Over the last month or so, we’ve been going through the process – as many schools and districts are right now – of bringing our sex ed curriculum up to date. As such, we’ve spent quite a bit of time referencing the Guttmacher Institute’s State Policies on Sex and HIV Education. Some pretty shocking facts on there, but one stat in particular has really struck a chord with me.
According to the March 2015 report, out of the 50 states and the District of Columbia, only 12 states require discussion of sexual orientation.
And even more heartbreaking, is that out of those 12, only 9 states require that discussion of sexual orientation be inclusive, and 3 states require only negative information on sexual orientation.
I have a hard time wrapping my brain around those numbers – and have to hope that they will be changing very, very soon – but in the meanwhile, it doesn’t mean health class can’t be inclusive… there are plenty of ways to teach kids about diversity that have nothing to do with sex ed.
Here are just a few…
NHES Standard 2: Students will analyze the inﬂuence of family, peers, culture, media, technology, and other factors on health behaviors.
We do a big unit on family values in the 8th grade as we’re getting the kids ready to head off to high school. Values are what steer our decision making process, and as we get older, we need to keep them in mind as we’re faced with situations that might get us into trouble.
During the course of the unit, we like to show them examples of core values from different organizations, including the NBA.
The students read through the document, highlighting all of the character strengths and values they see included in there. Then we show them a couple of video clips and ask them to reflect in their journals as to how they see the players demonstrating these values.
The clip that stands out to students the most is a PSA that was done in partnership with the ThinkB4YouSpeak campaign.
The campaign was created in 2008, by The Gay, Lesbian, and Straight Education Network (GLSEN), for discussing and addressing anti-gay language among teens.
If you’re not familiar with GLSEN, it’s an organization in the states that seeks to end discrimination, harassment, and bullying based on sexual orientation, gender identity, and gender expression in K-12 schools.
In the quick 30 second PSA, two NBA players clearly and simply tell kids that “using the word gay to mean dumb or stupid isn’t cool, it’s offensive to gay people, and you’re better than that”.
It’s a powerful message, and what’s even more powerful is when the kids connect it to one particular piece of the NBA’s values statement…
We will use our unique position to bring attention to important issues on a global scale and work to address them to the best of our ability.
Without much prompting, they make the connection that the guys in the NBA are in a unique position as role models for teenagers, and that they can help change the culture with just a few simple words.
They’re often surprised to find out that the NBA players don’t get paid to do spots like that, that they do it because they believe in the cause that they are supporting. Here’s an interview with Grant Hill discussing his involvement in the project that can also be shown to the kids.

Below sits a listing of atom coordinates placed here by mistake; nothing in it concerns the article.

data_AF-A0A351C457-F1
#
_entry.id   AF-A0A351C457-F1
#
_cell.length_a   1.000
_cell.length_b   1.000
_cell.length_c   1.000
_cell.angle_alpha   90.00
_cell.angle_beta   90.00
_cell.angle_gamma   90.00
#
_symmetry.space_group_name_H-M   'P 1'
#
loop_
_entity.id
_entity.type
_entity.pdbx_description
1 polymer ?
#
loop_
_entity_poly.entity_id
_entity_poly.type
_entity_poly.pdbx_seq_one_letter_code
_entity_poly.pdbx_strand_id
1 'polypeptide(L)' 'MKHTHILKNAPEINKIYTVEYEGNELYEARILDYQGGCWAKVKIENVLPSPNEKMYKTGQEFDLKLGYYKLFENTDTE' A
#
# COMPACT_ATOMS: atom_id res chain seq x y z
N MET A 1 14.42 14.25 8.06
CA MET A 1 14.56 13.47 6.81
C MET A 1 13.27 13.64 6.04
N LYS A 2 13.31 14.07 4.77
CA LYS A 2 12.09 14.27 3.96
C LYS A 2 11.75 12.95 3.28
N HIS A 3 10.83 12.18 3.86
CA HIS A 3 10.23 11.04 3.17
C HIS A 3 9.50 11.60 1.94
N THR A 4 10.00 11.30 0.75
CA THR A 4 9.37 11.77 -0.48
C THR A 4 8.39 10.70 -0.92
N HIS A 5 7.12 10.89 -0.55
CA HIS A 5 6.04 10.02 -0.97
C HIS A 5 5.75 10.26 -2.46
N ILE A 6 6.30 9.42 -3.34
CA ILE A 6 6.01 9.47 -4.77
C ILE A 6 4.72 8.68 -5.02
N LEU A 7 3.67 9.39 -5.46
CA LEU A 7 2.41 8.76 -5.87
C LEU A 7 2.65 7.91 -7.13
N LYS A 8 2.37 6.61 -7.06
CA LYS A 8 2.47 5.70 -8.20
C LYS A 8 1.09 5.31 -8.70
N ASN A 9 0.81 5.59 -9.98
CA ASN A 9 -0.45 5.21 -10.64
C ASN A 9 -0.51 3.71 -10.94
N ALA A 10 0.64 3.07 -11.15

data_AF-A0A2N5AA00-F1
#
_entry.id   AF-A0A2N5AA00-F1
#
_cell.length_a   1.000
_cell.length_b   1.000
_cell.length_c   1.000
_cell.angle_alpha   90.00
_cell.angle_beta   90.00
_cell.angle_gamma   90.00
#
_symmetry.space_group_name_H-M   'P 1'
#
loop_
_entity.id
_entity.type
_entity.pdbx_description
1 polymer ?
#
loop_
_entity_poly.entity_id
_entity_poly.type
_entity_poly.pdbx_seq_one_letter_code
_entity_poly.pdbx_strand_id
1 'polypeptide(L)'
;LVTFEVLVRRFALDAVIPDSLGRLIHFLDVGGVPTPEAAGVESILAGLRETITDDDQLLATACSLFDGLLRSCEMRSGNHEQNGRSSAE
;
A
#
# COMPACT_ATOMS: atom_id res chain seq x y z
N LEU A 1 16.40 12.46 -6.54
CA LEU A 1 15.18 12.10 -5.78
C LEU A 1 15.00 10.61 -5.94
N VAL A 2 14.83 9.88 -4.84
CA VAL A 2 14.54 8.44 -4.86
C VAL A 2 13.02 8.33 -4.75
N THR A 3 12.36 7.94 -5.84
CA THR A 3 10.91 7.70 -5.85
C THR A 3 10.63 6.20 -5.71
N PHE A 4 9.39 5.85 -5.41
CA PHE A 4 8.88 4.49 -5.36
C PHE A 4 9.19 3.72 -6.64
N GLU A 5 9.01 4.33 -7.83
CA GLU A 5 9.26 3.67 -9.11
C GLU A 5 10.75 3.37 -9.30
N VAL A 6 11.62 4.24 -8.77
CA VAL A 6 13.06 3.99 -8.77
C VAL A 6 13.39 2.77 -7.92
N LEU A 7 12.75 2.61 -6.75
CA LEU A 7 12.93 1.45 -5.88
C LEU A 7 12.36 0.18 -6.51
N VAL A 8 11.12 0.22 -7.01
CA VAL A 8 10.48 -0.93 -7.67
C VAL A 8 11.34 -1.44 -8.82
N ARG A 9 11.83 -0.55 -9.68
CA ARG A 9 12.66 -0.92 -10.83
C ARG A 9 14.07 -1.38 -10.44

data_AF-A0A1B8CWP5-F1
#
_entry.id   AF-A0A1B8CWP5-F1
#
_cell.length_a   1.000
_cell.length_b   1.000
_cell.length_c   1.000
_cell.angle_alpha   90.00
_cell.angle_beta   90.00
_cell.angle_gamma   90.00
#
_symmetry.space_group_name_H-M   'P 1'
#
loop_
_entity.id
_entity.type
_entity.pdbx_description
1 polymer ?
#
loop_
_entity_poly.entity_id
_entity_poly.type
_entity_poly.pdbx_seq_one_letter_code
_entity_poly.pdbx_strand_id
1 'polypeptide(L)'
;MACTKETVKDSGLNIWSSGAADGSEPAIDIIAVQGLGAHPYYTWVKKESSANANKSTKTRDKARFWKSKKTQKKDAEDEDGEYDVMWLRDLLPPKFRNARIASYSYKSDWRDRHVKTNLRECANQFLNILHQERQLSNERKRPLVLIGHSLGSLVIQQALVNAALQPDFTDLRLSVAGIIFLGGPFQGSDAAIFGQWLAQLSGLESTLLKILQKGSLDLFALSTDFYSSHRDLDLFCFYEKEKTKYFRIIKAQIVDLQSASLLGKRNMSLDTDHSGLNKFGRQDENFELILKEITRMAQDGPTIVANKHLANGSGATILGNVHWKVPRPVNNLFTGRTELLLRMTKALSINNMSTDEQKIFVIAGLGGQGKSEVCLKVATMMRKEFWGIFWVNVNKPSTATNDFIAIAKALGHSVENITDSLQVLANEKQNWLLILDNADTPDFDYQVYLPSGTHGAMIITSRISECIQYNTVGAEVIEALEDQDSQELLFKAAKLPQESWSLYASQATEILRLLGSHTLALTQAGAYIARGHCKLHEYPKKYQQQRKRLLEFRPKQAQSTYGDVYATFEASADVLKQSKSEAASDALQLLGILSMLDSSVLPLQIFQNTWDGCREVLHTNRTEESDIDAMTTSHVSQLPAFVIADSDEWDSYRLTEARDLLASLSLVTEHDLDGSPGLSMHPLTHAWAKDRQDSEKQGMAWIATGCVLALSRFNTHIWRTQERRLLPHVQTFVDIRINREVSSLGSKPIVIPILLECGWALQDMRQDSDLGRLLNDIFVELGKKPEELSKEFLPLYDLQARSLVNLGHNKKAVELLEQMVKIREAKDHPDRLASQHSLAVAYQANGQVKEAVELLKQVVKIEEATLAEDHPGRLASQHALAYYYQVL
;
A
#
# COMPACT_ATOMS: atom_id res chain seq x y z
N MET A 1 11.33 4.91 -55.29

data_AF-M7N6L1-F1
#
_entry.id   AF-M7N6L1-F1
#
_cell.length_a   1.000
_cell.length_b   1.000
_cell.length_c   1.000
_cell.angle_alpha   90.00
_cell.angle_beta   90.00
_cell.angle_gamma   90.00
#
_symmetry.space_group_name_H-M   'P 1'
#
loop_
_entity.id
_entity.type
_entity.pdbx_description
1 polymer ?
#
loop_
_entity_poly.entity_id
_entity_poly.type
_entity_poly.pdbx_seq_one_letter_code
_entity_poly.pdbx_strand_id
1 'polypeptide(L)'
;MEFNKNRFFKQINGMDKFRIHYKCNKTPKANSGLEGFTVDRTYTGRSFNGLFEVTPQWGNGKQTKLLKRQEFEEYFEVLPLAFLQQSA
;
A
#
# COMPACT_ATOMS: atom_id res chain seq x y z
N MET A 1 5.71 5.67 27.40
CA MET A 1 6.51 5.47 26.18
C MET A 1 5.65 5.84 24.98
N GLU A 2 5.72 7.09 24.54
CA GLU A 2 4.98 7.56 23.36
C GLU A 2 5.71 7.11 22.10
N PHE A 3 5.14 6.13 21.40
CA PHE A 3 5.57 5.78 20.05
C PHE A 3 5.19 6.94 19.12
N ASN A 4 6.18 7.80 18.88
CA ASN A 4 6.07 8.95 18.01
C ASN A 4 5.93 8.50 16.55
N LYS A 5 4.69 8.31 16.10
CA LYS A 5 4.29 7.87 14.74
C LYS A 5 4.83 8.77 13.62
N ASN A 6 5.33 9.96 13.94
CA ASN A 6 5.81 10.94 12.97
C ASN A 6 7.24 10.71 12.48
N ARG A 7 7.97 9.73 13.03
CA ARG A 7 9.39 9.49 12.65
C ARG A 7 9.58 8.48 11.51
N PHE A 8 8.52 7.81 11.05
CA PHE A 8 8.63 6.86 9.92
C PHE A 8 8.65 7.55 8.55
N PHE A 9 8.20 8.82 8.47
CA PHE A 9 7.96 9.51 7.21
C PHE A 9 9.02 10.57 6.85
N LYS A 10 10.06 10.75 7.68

For more on the ThinkB4YouSpeak campaign, including some great lessons and resources, check out the comprehensive Guide for Educators.
NHES Standard 8: Students will demonstrate the ability to advocate for personal, family, and community health.
When introducing the kids to the concept of advocacy, the bullying unit is a great place to start. To assess them on this standard, we have them learn about a few different advocacy groups for bullying prevention.
Rather than have them randomly search for sites, we hand select five proven ones, put them into small groups, and give each one a site to focus on. Then they are tasked with going through the site, evaluating it, and finding some highlights to present to the class.
In addition to useful sites like StopBullying.gov, this is when we are able to introduce kids to the amazing resource for LGBT youth, the It Gets Better Project.
It Gets Better was started in 2010, when writer Dan Savage and his partner Terry Miller were concerned with the numbers of young people taking their own lives after facing harassment in schools. They wanted to send a message to LGBT youth that if you can hold on, it does get better.
Their powerful message sparked a movement that has led to over 50,000 user created videos from celebrities, politicians, athletes and people from all walks of life delivering messages of hope that have been viewed over 50 million times.
What an amazing example of advocacy and the power of the Internet to bring about big social change.
By just including it as one of the five websites used for the presentations, the students who might need it learn that it’s there, and every student is positively influenced by the videos of celebrities standing up and using their fame for good.
The message from President Obama is especially powerful, and I usually have the students who are sharing the site show it to the class, even if they didn’t include it in their presentation.
Ideally, we’re all headed for an inclusive sex ed curriculum soon, but in the meanwhile, resources like these can open up class in a way that most people would be hard pressed to fight against.
Because regardless of where your state stands on the issue, I think we can all agree on one thing… it’s our job to teach kids to be happy and healthy, and in order to do that, they all need to feel like they belong.